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Seen and Heard Prom Review


PROM 41: Mozart, Sinfonia concertante K297b and Mahler, Symphony No.1 in D major, West-Eastern Divan Orchestra, Daniel Barenboim, Royal Albert Hall, 14 August 2005 (MB)



Daniel Barenboim apparently dislikes this orchestra being called a ‘youth orchestra’; he is right. It’s one of the most mature bodies of players around and this concert did indeed touch on the kind of inspiration and maturity that marked out his Edward Said Memorial Concert last year at the Barbican Centre, one of my concerts of 2004.  And yet, despite some wonderfully pure Mozart and a Mahler First which touched the edges of genuine terror, one had to wait until the second encore to hear this orchestra and conductor at its considerable best.


If the second encore surprised many in the audience it did not this reviewer (there had been mutterings something special was going to be played, something Wagnerian). Barenboim had spoken to the audience about how each and every player had to have courage to sit on the platform and play music, and as if to illustrate this programme booklets still refrain from naming players for ‘security reasons’. The orchestra travels on diplomatic passports issued by the Spanish Government. But the confrontation of a Arab-Israeli orchestra playing Wagner draws the kind of parallels for tolerance that is inspiring and has much wider lessons to be learnt outside of music, still, as Barenboim admits, the only entity which unites these players.  The ‘Prelude and Liebestod’ to Tristan und Isolde lived up to its musical expectations in every way, but nothing quite prepared one for the searing eroticism of the Liebestod itself. It was quite overwhelming. The first encore, ‘Nimrod’ from Elgar’s Enigma Variations, was just rarefied simplicity.


But it was the Mozart and Mahler which made up this concert and they too spoke of something special. Mozart’s Sinfonia concertante for oboe, clarinet, bassoon and horn is not echt Mozart, but get to the central movement, an inspired, lyrical and tender adagio and it sounds so Mozartian as to be the real thing. The four soloists made a wonderful sound against a backdrop of refined string tone; only the slightest individual coloration of wind phrasing was lacking.


Mahler’s First is a challenge for any orchestra (and I have still to hear a better played performance than the one which Riccardo Chailly gave with the London Symphony Orchestra over five years ago); not that the virtuosity and passion of the West-Eastern Divan Orchestra was in short supply either throughout this performance. Barenboim’s last Mahler First at the Proms (with the Chicago Symphony Orchestra in 2001) revealed a slightly less dry approach to this composer than is Barenboim’s norm, and there was little interpretatively to separate the two performances. The first movement’s contrasts between its sometimes hushed beauties and at other times uneasy chilliness was well drawn, but Barenboim is a conductor who sacrifices the poetic for the sheerly brilliant. Nor was there a particular emphasis on drawing out dynamics as sharply as some achieve: ppp from the horns often sounded more like p, and the harp was indifferently phrased. Yet, on the upside, the woodwind playing, if not entirely accurate, was marked by an unambivalent landscape of sonority. The coda, a little restrained perhaps, promised much for the final movement.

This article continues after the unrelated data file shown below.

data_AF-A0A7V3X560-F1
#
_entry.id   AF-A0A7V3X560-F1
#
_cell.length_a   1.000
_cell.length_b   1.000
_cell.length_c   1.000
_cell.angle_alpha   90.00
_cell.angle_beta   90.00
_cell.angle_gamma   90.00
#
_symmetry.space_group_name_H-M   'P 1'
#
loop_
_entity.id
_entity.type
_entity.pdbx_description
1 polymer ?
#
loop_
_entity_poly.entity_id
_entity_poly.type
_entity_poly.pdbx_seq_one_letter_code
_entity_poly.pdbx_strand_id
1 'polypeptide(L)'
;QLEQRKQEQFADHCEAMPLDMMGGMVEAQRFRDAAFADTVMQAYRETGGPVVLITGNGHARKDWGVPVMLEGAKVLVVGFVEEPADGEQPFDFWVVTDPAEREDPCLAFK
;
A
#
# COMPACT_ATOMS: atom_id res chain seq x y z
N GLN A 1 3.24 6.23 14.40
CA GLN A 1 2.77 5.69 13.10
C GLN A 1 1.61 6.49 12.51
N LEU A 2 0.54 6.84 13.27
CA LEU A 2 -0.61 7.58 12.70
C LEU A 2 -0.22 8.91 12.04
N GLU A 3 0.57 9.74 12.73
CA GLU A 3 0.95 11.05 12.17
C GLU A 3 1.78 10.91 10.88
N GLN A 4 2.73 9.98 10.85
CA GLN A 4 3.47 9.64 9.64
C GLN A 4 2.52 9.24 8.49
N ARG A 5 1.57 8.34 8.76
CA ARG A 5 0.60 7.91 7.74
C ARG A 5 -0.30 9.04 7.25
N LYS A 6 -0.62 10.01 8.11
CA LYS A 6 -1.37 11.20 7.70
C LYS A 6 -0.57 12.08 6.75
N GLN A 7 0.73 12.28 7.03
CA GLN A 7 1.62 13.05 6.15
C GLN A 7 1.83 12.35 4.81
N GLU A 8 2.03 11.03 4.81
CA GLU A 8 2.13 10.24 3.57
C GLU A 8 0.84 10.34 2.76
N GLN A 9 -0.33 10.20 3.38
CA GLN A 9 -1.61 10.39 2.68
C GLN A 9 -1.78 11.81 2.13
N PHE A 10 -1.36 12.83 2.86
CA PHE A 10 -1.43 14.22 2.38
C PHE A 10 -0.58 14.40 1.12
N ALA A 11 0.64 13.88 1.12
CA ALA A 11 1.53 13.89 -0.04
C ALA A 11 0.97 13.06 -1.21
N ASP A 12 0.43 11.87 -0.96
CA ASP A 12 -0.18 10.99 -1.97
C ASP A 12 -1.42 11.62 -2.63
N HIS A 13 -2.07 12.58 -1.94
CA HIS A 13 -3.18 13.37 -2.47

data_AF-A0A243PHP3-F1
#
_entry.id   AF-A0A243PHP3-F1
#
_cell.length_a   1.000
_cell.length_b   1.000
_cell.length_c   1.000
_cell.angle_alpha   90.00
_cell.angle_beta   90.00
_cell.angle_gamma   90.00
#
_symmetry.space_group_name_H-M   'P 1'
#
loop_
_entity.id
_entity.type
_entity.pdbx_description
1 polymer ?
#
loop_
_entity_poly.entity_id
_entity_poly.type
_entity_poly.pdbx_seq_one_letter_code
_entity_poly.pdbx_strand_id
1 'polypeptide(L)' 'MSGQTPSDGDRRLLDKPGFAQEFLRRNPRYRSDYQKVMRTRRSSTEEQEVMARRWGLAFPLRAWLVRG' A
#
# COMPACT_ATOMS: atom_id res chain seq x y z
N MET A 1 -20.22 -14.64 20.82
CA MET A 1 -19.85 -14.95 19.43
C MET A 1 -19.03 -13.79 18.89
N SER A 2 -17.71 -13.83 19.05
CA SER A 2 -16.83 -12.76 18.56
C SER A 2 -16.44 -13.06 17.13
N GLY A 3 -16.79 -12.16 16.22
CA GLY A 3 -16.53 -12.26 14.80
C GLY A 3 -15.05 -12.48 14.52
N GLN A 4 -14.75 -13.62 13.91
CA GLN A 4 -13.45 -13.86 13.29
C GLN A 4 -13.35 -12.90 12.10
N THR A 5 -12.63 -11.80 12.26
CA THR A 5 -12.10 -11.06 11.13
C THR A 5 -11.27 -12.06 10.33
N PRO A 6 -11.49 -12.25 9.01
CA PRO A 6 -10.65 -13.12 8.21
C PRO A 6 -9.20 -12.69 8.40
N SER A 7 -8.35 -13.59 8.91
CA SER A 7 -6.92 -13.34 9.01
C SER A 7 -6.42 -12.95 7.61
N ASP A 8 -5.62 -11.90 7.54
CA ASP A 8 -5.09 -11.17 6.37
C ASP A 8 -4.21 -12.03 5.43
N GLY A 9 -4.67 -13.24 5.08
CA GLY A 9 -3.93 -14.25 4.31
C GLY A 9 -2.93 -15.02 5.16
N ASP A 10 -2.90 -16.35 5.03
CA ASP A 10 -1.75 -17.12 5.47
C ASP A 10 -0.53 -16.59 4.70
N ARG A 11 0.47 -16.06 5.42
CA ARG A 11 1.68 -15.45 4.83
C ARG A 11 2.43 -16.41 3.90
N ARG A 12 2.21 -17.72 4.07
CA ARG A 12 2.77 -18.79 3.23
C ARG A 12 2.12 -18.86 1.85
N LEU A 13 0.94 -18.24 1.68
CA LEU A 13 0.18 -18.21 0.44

Barenboim does not labour over the fantasy of the second movement and there was a peasant-like flavour to the merrymaking. Yet, how warmly he shaped the Trio, surprisingly Viennese in its sound, with portamento restrained enough to make it feel genuine. The third movement was not as Jewish as some might have predicted, and it grew on one all the more because of that.


As so often with Mahler Firsts it is the final movement which defines a performance. Barenboim’s approach is akin to Bernstein’s and both bring a uniquely driven excitement to this extraordinary music. The opening had true terror to it, the playing not less than the ferocious onslaught it should be. One could almost touch the intense glow that smouldered from the strings, the articulation exemplary, as one could with the huge brass declarations which Barenboim summoned from his players. At times Barenboim seemed to take the risk of letting the sheer abandon of youth overcome discipline and control, but it held together in the most thrilling, albeit threadbare, way. A sense of repose returned with the second subject only for the ecstatic coda – with horns standing – to close the symphony in electrifying and singular purpose.



Marc Bridle




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